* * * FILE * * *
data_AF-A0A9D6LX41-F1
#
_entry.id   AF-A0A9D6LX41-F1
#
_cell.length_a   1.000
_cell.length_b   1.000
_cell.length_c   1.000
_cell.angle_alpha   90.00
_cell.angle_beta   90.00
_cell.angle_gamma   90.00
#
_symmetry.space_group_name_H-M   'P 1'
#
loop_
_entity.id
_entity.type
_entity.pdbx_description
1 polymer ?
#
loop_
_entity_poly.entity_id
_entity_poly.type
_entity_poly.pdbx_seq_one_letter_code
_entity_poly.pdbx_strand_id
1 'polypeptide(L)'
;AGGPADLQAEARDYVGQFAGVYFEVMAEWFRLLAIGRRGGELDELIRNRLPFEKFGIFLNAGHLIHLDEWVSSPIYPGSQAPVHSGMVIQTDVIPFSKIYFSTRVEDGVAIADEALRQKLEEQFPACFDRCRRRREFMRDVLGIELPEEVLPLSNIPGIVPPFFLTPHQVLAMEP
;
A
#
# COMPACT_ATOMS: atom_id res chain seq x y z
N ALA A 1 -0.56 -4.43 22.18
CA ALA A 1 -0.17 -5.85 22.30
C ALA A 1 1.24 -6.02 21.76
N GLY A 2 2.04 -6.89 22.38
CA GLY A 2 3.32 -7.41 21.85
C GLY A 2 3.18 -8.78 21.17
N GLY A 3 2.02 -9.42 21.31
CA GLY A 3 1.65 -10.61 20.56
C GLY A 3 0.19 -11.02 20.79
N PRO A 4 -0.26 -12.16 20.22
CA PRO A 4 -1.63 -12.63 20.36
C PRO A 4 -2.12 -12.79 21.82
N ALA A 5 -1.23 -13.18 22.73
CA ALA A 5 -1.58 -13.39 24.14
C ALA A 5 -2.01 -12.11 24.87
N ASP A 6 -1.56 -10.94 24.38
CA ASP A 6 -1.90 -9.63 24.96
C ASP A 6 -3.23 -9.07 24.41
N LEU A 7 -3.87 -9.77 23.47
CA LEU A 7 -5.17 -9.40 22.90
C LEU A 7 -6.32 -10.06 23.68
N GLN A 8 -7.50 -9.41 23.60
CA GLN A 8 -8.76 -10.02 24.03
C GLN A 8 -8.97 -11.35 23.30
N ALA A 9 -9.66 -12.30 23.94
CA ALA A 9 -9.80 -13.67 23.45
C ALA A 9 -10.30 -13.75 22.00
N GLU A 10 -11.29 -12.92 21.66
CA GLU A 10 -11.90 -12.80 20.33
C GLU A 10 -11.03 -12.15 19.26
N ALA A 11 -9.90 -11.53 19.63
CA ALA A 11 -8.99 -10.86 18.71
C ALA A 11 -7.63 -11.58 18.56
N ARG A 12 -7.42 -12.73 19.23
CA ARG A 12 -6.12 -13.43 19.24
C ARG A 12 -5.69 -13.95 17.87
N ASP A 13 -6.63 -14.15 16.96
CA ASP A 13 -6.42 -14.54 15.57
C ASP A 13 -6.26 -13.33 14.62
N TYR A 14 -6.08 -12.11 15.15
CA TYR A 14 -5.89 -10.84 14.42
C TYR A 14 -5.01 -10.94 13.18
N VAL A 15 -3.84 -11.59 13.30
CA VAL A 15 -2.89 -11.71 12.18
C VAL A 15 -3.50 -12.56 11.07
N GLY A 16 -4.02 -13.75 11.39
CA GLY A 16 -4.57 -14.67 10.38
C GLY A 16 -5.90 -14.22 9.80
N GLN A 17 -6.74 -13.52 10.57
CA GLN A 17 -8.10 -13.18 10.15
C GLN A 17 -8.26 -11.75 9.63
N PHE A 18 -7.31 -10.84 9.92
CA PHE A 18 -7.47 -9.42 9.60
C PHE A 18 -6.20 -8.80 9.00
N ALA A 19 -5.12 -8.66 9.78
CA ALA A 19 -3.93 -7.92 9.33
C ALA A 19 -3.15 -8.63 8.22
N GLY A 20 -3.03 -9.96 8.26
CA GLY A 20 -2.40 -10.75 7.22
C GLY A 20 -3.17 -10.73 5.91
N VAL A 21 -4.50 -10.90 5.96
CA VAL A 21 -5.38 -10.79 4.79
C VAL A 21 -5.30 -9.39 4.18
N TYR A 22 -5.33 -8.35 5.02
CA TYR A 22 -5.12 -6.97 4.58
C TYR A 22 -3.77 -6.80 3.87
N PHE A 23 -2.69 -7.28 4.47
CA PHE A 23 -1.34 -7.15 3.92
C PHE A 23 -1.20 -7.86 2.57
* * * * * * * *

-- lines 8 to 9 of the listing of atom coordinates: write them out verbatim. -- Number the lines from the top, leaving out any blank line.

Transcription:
_cell.angle_alpha   90.00
_cell.angle_beta   90.00